explaining the story behind a ship he is set to plunder only to turn to camera and exclaim “oh, there’s no one there”.

This film is a return to form for the franchise, but hopefully they won’t devise another sequel or, worse, a prequel.

Review: Thor

Posted in Film with tags , , , , , , , , , , , , , , , , , , , , , , , , , , , , , , , , on May 2, 2011 by Tom Austin-Morgan

Thor is the latest in the slew of Marvel films leading up to ‘The Avengers’, coming out next year, and the first of the massive budget blockbusters of the Summer.

This is a slightly different beast than its superhero predecessors in that Thor (Chris Hemsworth) isn’t actually a superhero; he is the eponymous Norse God with the magic hammer, Mjöllnir. Though rather than Conan-style loin cloths or Hagar the Horrible furs and horned hats, these Norse Gods wear futuristic fantasy armour and chainmail. Thor even manages to get away with wearing a cape.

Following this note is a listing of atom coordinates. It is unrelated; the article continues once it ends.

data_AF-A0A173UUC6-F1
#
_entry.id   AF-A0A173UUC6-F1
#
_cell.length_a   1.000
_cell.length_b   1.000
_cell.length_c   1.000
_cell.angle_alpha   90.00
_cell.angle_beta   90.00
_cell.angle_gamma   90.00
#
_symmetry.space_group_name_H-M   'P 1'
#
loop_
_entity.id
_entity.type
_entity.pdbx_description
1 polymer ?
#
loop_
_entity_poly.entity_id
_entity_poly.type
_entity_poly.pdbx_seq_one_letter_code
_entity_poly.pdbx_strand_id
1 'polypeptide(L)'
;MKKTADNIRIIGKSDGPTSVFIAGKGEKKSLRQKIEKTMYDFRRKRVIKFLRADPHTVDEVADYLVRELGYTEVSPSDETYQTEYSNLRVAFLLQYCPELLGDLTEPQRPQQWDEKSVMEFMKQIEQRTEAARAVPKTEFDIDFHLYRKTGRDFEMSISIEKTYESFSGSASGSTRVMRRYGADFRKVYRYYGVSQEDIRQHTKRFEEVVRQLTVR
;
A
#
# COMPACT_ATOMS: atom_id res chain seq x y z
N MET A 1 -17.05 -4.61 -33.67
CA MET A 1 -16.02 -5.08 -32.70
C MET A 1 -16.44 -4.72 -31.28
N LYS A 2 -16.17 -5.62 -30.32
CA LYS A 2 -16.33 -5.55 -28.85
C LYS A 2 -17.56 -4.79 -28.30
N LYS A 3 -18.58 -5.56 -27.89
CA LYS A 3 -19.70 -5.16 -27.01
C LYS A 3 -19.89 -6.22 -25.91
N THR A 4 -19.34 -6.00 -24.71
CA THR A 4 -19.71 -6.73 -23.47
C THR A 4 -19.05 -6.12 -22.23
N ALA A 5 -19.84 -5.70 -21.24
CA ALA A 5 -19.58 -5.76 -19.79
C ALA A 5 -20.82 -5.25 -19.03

The premise is that Thor is banished to Earth from Asgard after invoking the wrath of a race of Ice Giants from another realm, Jotunheim,  by his father, Odin (Anthony Hopkins). Upon his arrival he is hit by a car carrying a group of scientists who have been studying strange weather patterns in the desert near the U.S./Mexican border. Now lost and hospitalised Thor has to redeem himself to regain his powers, which have also been stripped from him.

Meanwhile, S.H.I.E.L.D. agents find Mjöllnir in the desert and begin to confiscate the work of the scientists who ran him over. This team is led by Jane Foster (Natalie Portman, who is having a very busy year), or possibly Erik Selvig (Stellen Skarsgård) and accompanied by, for no obvious reason, Darcey Lewis (Kat Dennings). Portman becomes the love interest in a tender scene on top of the building she works and lives in where Thor explains where he comes from.